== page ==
Things I Learned In Haiti

IMG_6134Last week I returned from a mission trip where our group of 20 Living Faith Christian Church members and attenders served the Onaville, Haiti community.  We worked in cooperation with two churches and visited, fed, and played with children in two different orphanages.  Haiti is the poorest country in the Western Hemisphere and has the highest percentage of people living in poverty.  That rate is 77%.

Haiti is a strange place to me.  It has a wonderful warm climate that offers vibrant refreshing mornings and evenings and the ability to dress and comfortably move about.  The mosquito population was unbelievably non-existent which made our sleeping nets and Deet products useless, praise God.  The food was good and abundant.  I did not see anyone starving but we did see one lady begging outside a grocery store.  While the main and side streets were crowded, they seemed safe.  We saw no crime but we did see guards in multiple locations with shotguns in hand. Having been robbed at gunpoint in Brasil a few years ago made me jittery about this.   I think shotguns tend to keep crime in check.   Although shotguns were quietly flashed, we found Haiti to be a very friendly place filled with warm and joyful people.   The airport was extremely easy to use and surprisingly fast to process through, howbeit we did have to go through two electronic screenings to board our flight on wonderful jetBlue.

Sunday, and throughout the week, we experienced the vibrancy of Haitian Christians as they sang songs and hymns.  Whether in church, at children’s VBS, or in a meeting to distribute food, everyone in Haiti seemed to have a strong ability to sing about God.  We are told that as many as 33% of the people are involved in an evangelical ministry.  That is 10 times the number as we have on Long Island!

On Tuesday three of our trip members and I were honored to be able to address school students.  In the morning we visited all the elementary and high school classes.  The students sat together on benches and graciously stood to welcome us into their classrooms.  The rooms were mostly 12 x 12 cement walled rooms with metal ceilings/roof, no door, and a 6 foot high blackboard that acted as a barrier to the next classroom.  I was sweating profusely in the heat of each room yet the teachers were comfortable in a full suit/tie and the students were dry in their uniforms.  In the afternoon we addressed a college medical student class where we were given open privileges to share the love of Christ, our testimonies, and our purpose in the visit.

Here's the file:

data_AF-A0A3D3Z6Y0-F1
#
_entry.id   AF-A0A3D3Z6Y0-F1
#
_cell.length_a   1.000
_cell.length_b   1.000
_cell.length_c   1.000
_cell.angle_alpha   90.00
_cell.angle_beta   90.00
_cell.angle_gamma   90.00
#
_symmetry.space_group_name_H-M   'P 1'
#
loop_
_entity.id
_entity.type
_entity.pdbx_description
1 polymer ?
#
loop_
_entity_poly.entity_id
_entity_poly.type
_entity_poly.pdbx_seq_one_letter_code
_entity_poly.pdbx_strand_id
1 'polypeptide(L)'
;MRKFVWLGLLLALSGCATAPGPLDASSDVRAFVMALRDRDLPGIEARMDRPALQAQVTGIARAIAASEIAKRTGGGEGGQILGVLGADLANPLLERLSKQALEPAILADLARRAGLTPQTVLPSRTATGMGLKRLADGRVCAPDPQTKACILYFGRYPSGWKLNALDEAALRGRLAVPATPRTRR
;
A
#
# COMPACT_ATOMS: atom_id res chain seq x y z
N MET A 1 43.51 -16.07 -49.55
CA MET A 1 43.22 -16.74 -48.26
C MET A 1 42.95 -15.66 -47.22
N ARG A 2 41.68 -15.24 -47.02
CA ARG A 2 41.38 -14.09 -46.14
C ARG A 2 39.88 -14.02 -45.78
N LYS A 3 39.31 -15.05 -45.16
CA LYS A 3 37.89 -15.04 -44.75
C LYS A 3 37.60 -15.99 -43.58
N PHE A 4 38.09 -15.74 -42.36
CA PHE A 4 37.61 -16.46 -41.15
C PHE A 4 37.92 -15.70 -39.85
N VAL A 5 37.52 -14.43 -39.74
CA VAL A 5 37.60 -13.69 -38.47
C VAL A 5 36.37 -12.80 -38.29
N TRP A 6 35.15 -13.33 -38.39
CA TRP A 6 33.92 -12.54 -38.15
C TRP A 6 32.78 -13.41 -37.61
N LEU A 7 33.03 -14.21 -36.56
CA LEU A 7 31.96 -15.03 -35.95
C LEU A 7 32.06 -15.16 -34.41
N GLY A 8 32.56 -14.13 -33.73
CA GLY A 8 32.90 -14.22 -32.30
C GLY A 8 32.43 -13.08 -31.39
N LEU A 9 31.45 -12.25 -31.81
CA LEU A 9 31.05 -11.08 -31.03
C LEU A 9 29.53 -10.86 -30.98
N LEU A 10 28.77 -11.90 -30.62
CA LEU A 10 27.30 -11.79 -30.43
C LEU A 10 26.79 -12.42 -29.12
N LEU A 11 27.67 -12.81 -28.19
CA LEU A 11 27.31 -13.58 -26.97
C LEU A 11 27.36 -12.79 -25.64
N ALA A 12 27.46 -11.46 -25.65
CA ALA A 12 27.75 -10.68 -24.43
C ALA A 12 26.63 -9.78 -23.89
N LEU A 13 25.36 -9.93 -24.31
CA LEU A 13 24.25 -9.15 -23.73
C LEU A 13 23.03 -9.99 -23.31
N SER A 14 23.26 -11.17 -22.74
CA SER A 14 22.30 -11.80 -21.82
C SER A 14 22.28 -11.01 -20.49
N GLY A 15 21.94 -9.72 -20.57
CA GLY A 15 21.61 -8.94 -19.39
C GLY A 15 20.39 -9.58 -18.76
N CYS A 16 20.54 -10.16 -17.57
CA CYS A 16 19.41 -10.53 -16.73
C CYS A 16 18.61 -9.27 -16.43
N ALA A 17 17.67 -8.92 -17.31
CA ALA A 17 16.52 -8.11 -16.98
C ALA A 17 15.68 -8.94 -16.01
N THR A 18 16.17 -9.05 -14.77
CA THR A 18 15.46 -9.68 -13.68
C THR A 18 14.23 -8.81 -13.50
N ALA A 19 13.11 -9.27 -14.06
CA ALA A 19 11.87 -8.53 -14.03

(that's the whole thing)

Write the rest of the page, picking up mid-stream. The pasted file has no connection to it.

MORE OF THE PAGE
While a unique and friendly culture welcomed us in Haiti, there were many less than great things that will stick with me.  First, I was taken back by all the dust in the air.  Everywhere you looked there was dirt and rocks.  Rarely did we see a visible green lawn.  I cannot help but think that this greatly affects the health of the children and adults.  With all the millions/billions of dollars flowing into Haiti since the earthquake, you would think someone would address basic infrastructure needs such as roads and parks.  Cars and trucks were broken down all over the place due to broken axles, blown tires, and other suspension issues.  Fixing the roads would save people lots of personal repair costs, increase personal and corporate productivity, and could certainly improve the air quality.  Since I am an American, I want to fix it.  It is sometimes hard to just understand and accept things as they are.

Second, the people of Haiti are hard workers yet without jobs.  A few local church men and a few from our group dug a trench around a well while they roasted in the very hot sun.  We were told that 70% of the population are unemployed including 87% of those under 27, yet every street was filled with sidewalk vendors.  Perhaps the unemployment count does not include unregistered self-employed street vendors. Many of the items being sold by these vendors seemed to be used or of an eclectic nature.  They were items like odd sized used tires with rims and an assortment of bras at the same table.  It was like seeing a continuous garage sale!  Foreign investment in the infrastructure seems non-existent.

Automobiles looked like we were in another decade.  Rust was the color of the day including the bus we travelled on.  People crammed into Tap Tap truck taxis’ and so tight in buses that faces seem smooched against the windows.  While we were there a taxis truck rolled over in the mountains killing and injuring 15 people. The traffic was just organized chaos and safety not even considered.  One really needs to be able to walk to schools, churches, and shopping.

The final negative that I experienced was that of seeing how little people seemed to care for the orphan.  I realize that many of the orphans are in a group home because the parents dropped them off because of need or greed (to get ahead at someone else’s expense).  Many children are in an orphanage because they experienced human trafficking due to work or sex abuse.  The people, and churches don’t seem to feel any sense of responsibility to the orphan.  I know that most people are barely able to feed their own household but there has to be something that can be given to the orphans….everyone has something to give.



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